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Different Generations in “August: Osage County”

Different Generations in

The differences and conflicts between generations have always been one of the most important and popular themes in the literature of all epochs. The play August: Osage County written by Tracy Letts and premiered in 2007 explores different aspects of the given issue from a multitude of perspectives, namely general outlook, attitudes towards gender, race, addictions, etc. The author clearly describes the dividing lines between the three generations of the Westons. At the same time, she highlights that family ties can exist in a form of fragile connections that could unite them and harmonize their interpersonal relations.

Letts describes three generations of the Weston family in great detail without making any of the characters a schematic figure, which shows that the purpose of the author is not only to connect different parts of the plot. Each member of the family is a fully-developed character with different strengths and weaknesses. The oldest generation is represented by Violet Weston, her husband, who is physically present only at the prologue of the play, Violet’s sister Mattie Fae Aiken and her husband Charles. The children of the above-mentioned characters belong to the middle generation. They are, first of all, three daughters of Violet and Beverly – Barbara, Karen and Ivy – and Mattie Fae’s son Little Charlie. Barbara’s husband and Karen’s fiancée also belong to this category and have quite a significant function in the general structure of the play. The youngest generation is represented only by Barbara’s daughter Jean who is only fourteen years old, but her character communicates important messages about the contemporary generation of Americans.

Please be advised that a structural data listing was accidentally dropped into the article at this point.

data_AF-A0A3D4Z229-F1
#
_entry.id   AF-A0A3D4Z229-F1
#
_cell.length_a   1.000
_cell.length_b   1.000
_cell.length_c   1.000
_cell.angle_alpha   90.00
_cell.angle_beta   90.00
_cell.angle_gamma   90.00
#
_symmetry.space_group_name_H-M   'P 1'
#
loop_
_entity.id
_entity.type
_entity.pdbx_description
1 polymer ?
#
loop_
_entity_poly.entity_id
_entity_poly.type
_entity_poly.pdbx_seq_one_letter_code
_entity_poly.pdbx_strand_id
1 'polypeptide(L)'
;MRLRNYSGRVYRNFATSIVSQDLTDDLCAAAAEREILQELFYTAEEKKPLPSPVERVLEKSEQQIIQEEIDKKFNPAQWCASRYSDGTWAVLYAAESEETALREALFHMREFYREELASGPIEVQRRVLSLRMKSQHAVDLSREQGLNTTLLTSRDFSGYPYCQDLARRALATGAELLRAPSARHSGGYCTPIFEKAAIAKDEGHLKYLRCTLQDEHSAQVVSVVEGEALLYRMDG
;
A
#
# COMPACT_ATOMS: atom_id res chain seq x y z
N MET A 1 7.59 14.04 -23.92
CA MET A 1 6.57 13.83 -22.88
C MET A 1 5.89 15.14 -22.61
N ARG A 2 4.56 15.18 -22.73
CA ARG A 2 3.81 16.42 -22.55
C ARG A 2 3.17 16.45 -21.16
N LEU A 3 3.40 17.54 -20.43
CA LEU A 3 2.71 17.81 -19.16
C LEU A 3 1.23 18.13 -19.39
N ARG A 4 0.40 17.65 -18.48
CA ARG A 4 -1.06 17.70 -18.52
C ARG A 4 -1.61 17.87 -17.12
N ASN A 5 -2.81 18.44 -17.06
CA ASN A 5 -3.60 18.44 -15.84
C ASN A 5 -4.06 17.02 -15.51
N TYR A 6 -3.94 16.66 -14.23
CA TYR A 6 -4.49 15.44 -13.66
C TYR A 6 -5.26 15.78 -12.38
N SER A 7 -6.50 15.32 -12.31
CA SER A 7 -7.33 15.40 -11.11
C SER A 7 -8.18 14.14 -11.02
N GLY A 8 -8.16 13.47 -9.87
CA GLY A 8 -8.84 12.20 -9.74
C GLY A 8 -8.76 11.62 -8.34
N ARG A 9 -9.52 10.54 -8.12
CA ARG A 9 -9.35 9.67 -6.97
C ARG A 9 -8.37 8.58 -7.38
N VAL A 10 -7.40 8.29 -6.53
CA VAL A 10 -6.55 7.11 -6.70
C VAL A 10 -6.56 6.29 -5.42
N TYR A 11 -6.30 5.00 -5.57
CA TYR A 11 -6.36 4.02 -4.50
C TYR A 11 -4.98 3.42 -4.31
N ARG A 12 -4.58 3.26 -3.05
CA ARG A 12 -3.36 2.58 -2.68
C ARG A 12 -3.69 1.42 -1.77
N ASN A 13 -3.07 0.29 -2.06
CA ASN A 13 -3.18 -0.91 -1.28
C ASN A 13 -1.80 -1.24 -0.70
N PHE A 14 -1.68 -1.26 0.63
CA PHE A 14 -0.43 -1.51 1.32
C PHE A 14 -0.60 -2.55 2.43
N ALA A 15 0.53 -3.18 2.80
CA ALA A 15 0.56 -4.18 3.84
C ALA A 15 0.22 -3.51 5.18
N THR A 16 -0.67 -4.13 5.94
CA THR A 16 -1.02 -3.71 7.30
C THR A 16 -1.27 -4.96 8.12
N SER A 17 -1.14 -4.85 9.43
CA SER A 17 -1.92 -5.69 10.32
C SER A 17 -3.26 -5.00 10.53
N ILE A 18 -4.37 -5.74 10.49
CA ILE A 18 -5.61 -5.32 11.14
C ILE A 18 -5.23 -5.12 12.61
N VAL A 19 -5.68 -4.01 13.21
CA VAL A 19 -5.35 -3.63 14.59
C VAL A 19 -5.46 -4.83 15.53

One of the most significant differences between generations in this play is their attitude to money and everything connected with the financial responsibility. This issue is addressed many times throughout the play by different characters, but Violet is probably the one who cares about money more than the others. She continuously draws everybody’s attention to the poverty she, Mattie Fae and Beverly lived in, when they were young. During one of the crucial scenes of the play, an episode with family dinner after the funeral, she says, “We lived too hard”. However, she does not talk about her past only to recollect those memories, but primarily to contrast her youth and the way her children lived. Violet aggressively focuses on her belief that neither of her daughters had a right to talk about hardship as they did not feel ay. She shouts, “We sacrificed anything and we did it all for you… You worked as hard as us, you’d all be President” (Letts). This speech is especially impressive and powerful in the screen adaptation of the play where Meryl Streep managed to perfectly convey the emotional state of Violet and her attitude towards her daughters. It is difficult not to agree with Violet who believes that financial stability her daughters lived in made a great impact on their personal ideology. However, such laid-back attitude towards the responsibilities, including the financial one, is even better seen in Jean’s behavior. She does not treat anything seriously and does not think about the repercussions of her actions.

At the end of the play Letts returns to the issues of money. It turns out that Violet had a chance to persuade Beverly not to commit a suicide but opted to go to the bank to take the possessions from their safe as they previously had agreed that it would be the right thing to do. She tries to explain it to Barbara, “You have to understand, for people like your father and me, who never had any money, ever, as kids, people from our generation, that money is important” (Letts). Nevertheless, her approach does not sound as wise as it did before. Violet appears to act too selfish and greedy as she puts money much higher than her husband’s life. With the help of this scene Letts shows that the same differences between generations can be treated both as positive and negative.